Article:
IDC Takes Hit In Prison Closures

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The Senate Independent Democratic Conference suffered three prison closures in their districts today, with two in Sen. David Valesky’s Syracuse-area district.

A third was in Sen. David Carlucci’s district: the closure of the Mid-Orange Correctional Facility in Orange County.

In the state budget, Senate Republicans ceded authority to Gov. Andrew Cuomo to close nearly 3,800 beds in the prison system — an unprecedented move for a conference who long protected prisons, and the jobs that come with them, in their districts. There was a general belief that Republicans handed over the authority to Cuomo with the assurance the closures would be geographically and politically fair.

So only three of the seven closures announced today are in districts controlled by Senate Republicans. And they are all in safe GOP districts.

The Summit Shock facility in Schoharie County is in Republican Sen. James Seward’s district; the Arthur Kill facility is in Republican Sen. Andrew Lanza’s district; and the Buffalo Work Release facility is in Republican Sen. Pat Gallivan’s district.

Another is the Fulton Work Release facility in the Bronx, which is represented by Democratic Sen. Ruth Hassell-Thompson.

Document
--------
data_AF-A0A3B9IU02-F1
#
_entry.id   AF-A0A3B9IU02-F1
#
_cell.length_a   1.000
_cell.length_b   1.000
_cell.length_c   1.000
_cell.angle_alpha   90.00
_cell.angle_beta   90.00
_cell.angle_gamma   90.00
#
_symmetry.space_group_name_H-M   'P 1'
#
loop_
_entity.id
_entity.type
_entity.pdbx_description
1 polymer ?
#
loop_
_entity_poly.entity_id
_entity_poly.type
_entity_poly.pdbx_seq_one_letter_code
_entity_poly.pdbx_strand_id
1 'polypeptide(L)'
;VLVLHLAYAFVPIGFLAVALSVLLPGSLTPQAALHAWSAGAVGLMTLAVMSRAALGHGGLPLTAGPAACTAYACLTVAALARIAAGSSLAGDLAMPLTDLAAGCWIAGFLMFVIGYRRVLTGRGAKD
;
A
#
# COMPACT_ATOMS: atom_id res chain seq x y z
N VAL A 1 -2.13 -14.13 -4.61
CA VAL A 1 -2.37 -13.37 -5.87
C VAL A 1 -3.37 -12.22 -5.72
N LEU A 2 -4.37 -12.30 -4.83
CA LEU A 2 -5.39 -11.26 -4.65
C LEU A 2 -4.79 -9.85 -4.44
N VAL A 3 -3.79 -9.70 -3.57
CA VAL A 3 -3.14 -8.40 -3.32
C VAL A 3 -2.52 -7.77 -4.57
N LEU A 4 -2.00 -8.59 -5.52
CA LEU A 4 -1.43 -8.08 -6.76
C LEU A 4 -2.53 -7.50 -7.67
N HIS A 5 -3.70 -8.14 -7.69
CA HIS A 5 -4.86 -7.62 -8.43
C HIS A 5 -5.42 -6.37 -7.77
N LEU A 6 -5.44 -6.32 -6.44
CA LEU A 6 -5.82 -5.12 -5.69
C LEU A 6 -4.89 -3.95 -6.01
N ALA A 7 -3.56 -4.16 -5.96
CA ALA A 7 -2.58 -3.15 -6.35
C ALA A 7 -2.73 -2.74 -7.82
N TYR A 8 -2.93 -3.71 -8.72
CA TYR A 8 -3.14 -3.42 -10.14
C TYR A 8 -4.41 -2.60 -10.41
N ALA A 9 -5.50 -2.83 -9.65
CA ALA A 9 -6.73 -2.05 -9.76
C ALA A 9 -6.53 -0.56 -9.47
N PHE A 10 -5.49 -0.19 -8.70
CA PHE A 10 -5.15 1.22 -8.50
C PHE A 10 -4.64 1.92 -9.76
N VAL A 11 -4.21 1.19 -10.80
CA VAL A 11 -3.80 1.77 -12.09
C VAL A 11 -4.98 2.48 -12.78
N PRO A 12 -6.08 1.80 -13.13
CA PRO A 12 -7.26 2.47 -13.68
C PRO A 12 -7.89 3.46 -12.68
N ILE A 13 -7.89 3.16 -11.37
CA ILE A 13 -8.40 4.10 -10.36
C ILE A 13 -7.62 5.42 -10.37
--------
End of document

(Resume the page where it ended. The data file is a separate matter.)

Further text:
Valesky’s seat has long been a coveted one for Democrats and Republicans. But now he’ll face voters next year with two prison closures in his district, including the largest one to close, Oneida Correctional Facility, which has nearly 1,200 beds and nearly 600 employees. The other is Camp Georgetown in Madison County.

In January, Valesky and Carlucci joined Democratic Sens. Jeff Klein of the Bronx and Diane Savino of Staten Island to form its own conference, drawing the ire of their Democratic colleagues.

Carlucci said in a statement he’ll work with the state to ensure a smooth transition for the prison closure in his district.

“I am working with the Cuomo administration and the supervisor of Warwick to deal with the potential impact to my constituents if this facility is closed,” he said in a statement.

Rich Azzopardi, spokesman for the conference, said the senators are hopeful that the jobs will be preserved from the prisons in their districts.

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